Hello Elaine, I’m in a similar situation to you, 75 acres in central France. No compost either with the pigs, chickens and ducks getting in first. Even the house cow got into the act and ate all of the pumpkin and courgette vines, leaving the pumpkins sitting on the ground. She nibbled one but it was not to her taste, so left the rest alone.
Because our winters can be extremely cold and wet, I bring all of my sheep inside from December until April. At the end of this I have large quantities of manure and I use a product which works like a compost activator and starts the decomposition process in situ. This creates warmth in the shed as well, very useful when I’m sitting on the straw helping a ewe to lamb.
I have very wonderful neighbours (who raise Limousin cows) and have the machinery and skill to clean out the shed in a couple of hours during autumn and an enormous pile of manure and straw goes into a field to mature until the following spring, when the same neighbours spread it onto my pastures.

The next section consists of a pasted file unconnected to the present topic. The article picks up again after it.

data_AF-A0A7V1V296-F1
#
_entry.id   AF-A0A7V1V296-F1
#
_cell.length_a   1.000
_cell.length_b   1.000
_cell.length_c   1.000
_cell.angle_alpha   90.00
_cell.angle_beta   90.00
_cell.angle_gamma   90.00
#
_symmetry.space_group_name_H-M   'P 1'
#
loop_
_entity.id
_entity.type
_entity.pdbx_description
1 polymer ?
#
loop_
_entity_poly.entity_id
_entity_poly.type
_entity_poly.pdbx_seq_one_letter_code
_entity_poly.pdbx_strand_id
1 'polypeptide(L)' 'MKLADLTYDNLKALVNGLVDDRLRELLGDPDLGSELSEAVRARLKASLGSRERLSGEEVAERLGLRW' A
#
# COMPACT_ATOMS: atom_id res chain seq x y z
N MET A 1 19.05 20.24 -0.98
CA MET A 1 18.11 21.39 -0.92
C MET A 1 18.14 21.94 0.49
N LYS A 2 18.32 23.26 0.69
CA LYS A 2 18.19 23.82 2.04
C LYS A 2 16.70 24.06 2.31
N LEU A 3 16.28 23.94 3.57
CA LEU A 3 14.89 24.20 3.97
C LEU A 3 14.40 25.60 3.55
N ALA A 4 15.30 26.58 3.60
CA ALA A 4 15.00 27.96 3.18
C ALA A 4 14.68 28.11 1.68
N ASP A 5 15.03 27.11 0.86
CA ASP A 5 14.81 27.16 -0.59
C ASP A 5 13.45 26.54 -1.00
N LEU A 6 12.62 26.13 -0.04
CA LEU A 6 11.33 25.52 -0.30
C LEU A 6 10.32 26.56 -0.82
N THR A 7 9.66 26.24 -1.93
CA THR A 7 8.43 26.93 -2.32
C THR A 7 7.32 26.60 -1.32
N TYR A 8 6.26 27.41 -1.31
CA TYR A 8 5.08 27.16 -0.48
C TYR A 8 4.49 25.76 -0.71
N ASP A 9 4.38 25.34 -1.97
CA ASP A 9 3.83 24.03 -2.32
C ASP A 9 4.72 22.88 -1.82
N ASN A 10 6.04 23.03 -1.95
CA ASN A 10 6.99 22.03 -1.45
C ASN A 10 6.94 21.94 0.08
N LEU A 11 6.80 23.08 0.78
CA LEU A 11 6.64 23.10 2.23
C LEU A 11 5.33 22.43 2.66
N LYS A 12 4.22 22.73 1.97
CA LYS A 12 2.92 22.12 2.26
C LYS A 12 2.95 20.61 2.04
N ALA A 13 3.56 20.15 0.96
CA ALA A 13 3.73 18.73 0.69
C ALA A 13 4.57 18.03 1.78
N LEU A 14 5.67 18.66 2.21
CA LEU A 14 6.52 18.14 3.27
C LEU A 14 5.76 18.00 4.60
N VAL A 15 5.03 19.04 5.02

I keep a couple of cubic metres back to use on my garden from the final load, which makes it the first layer to be laid in the shed and about 15 months old when I start to use it.
There is the odd bit of straw still visible, but it is mostly a very dark, moist, clumpy mass. I’m no dig, so it goes on as mulch and has been worked in by the wildlife (beetles, worms and chickens) within a couple of months.
I do use fresh donkey poo on the rhubarb and fresh cow pats around the raspberry canes without ill effect.
I hope this helps you, I really recommend using the compost activator on your manure as it is produced, it speeds the rotting process up and reduces the amount of space you need to keep it in.
Good luck, as you head into your summer, keep us Northern Hemisphere gardeners motivated through our grey, bleak days with tales of your patch!